All patients in England will have a named GP responsible for coordinating their care under changes to the national contract announced on 30 September 2014.
As part of their obligations under the 2015 contract, negotiated by NHS Employers and the British Medical Association’s General Practitioner Committee, GPs will be expected to offer patients online access to medical records and deliver more online services, including appointments.
From April 2015, GPs must identify new patients over the age of 16 who drink alcohol at increased or higher levels, as part of the alcohol enhanced service.
Initiatives that help avoid unplanned hospital admissions — offered as an enhanced service by GPs — will also be funded for another 12 months, NHS England announced.
Details of negotiated changes to the contract — which fail to include mention of any new partnerships between GPs and community pharmacists — were announced on the same day that Prime Minister David Cameron revealed that the next Conservative government would guarantee patients access to a GP service seven days a week from 8am to 8pm.
He told listeners to the BBC radio 4 Today programme that the move — which builds on 24-hour GP access pilots launched in nine areas in England last year — would take pressure off hospital A&E departments. “If you manage [NHS] resources well you are able to make changes like this,” he said. “The crucial thing about this change is that it directly addresses where the pressure is coming from in the NHS, which is the growing number of frail and elderly people in this country. If you are a frail and elderly person, A&E isn’t the right place for you.”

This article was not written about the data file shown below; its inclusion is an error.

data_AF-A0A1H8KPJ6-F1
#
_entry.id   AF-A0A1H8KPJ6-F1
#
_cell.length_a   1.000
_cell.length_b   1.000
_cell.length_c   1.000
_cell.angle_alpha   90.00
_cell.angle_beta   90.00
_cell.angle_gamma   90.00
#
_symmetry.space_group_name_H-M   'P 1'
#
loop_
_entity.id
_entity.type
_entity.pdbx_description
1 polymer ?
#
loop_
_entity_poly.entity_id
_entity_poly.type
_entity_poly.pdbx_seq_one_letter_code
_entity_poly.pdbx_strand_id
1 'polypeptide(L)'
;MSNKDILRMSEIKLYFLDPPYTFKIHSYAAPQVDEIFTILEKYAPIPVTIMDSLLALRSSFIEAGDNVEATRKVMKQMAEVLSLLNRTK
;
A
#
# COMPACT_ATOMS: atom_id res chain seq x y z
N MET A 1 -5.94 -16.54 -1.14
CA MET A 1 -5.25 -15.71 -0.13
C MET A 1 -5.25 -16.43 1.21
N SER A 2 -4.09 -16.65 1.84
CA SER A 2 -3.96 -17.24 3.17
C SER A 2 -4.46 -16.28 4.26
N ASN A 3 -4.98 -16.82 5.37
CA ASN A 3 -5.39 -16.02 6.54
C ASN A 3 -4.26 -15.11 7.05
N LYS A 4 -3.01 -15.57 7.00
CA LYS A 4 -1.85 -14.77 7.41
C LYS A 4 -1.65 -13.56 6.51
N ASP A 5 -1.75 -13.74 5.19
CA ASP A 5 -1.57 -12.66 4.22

Cameron’s pledge to increase GP access follows Labour’s election pledge for the NHS made at its party conference on 24 September 2014.
Shadow health secretary Andy Burnham promised the next Labour government would finish Nye Bevan’s vision and “bring social care in to the NHS”.
He promised that everybody would have the right to care in their own home and said a Labour government would repeal the “toxic” Health and Social Care Act.
“A national health and care service truly there from cradle to grave — from a new right to have a home-birth and a right to be in your own home at the end of your life, surrounded by the people you love, with your care provided on the NHS and no worry about its cost — starting with those who are terminally ill with the greatest care needs.”
He warned the conference: “Make no mistake — this coming election is a battle for the soul of the NHS. The fight of our lives.”